I’ve just returned from a conference on coworking, which gave me reason to revisit the relevance of the ‘sharing economy’ and ‘shareable cities’. While we’re seeing a huge upsurge in sharing of spaces, vehicles and everything else through clever use of technology, not all of it is positive. It’s timely for Geraldton to consider the question: “If we are going to benefit from more sharing, how do we ensure the outcomes are positive for our local community and economy?” While no-one may know the answer to that question yet, but we need to be asking it or risk being surprised by the downsides of sharing in our city.
In conversations with a friend about our slightly different perspectives and approaches, I looked up definition and etymology of Leadership: “guide”, “cause to go with”. What I freshly appreciated from this was the emphasis on the relationship to the ’other’ who one is causing to go with. That is, that leadership and “followship” co-arise in the same moment, the relationship may be more mutual and reciprocal than paternal, and there’s the possibility that the meaning-making, identity and intentions of the follower may be more important to the relationship than the ‘vision’ of the aspiring leader.
In this post I share a few thoughts and observations from entrepreneurship, herding chickens and fighting on the mat, as they related to the dynamics of leadership and fellowship.
#PUBLICsymposium was an amazing event, and a rare and much appreciated opportunity in WA. A deep bow of gratitude to FORM and sponsors who footed the bill for most of us.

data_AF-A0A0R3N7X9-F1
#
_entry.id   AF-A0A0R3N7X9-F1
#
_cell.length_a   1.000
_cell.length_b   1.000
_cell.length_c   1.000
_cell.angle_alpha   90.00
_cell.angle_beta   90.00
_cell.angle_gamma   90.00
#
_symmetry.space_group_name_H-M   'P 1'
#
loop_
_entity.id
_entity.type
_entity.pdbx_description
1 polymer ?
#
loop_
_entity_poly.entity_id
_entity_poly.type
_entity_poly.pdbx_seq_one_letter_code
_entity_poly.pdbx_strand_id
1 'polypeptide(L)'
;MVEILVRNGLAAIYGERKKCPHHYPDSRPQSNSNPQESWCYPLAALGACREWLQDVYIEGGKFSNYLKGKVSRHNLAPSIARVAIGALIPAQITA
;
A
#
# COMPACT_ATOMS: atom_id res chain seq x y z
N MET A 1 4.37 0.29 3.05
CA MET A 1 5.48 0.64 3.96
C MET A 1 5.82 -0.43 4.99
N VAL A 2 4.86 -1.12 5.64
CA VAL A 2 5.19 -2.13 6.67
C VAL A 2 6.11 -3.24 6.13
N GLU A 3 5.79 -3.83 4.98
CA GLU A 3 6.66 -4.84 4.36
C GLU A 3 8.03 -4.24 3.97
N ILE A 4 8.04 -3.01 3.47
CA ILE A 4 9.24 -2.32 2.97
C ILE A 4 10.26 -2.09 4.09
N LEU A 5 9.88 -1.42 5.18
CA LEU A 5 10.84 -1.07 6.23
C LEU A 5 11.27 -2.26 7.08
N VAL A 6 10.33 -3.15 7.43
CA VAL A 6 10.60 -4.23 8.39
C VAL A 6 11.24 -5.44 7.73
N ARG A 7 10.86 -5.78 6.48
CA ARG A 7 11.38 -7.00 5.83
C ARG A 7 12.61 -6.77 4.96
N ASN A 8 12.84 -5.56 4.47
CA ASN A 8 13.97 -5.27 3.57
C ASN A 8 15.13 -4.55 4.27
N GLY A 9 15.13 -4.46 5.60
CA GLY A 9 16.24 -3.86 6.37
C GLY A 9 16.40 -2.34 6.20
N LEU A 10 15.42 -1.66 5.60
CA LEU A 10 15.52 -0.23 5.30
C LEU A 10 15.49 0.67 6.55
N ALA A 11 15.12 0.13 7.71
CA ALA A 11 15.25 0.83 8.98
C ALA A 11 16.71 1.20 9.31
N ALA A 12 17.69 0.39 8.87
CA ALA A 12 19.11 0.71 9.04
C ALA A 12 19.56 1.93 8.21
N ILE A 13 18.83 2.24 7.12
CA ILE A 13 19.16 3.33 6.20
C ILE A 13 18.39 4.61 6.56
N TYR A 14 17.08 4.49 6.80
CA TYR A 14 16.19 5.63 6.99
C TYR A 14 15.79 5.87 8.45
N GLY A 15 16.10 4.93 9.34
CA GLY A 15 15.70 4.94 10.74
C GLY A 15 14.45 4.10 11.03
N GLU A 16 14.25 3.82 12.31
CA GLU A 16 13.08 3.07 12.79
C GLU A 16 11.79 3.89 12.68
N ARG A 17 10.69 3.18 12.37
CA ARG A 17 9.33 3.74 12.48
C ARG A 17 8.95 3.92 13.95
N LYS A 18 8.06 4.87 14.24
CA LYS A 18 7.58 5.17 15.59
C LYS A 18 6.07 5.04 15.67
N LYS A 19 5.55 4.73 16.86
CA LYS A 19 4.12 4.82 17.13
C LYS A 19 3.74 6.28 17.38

Here are some of my reflections after Day 2, which add to the reflections from Day 1. The same disclaimer applies as for Day 1: I wasn’t paying much attention to the visual art aspects, and didn’t attend some of those sessions.
- Form enables function. To balance my pun from Day 1, form (and FORM!) enables function. Even when there is so much emphasis on the digital and virtual, our awareness of the influence of physical spaces (including built and natural) on our learning and creativity is increasing. We heard evidence and stories from multiple presenters about how creativity is learned and realised in enabling spaces: coworking and innovation at Brodie’s Spacecubed and Leon’s Creative Factory, good design through Carly’s Open House of architecture, and Paul’s emphasis on the characteristics of a high functioning classroom ‘space’ for creativity. Without physical form, our embodied learning would be disabled.
Rather than tackled the impossible task to personally condense the first day’s messages and ideas from dozen civic leaders’ life’s work from Day 1 (and which the ‘crowd’ has done well through the event’s hashtag #publicsymposium ), this post is to articulate a few personal observations and ideas-in-formation.
A brief disclosure, first, because I didn’t just attend this to learn about public art or creative interventions that could be replicated, adopted or adapted in Geraldton. My intention in attending (thanks to FORM’s sponsorship as a community champion) was to be at perhaps the first place or time (ever, yet) in WA that questions of how we (humanity) can sustain, grow and share learning across each others’ city-scale innovations and transformational initiatives. It’s that line of inquiry that guides my own work.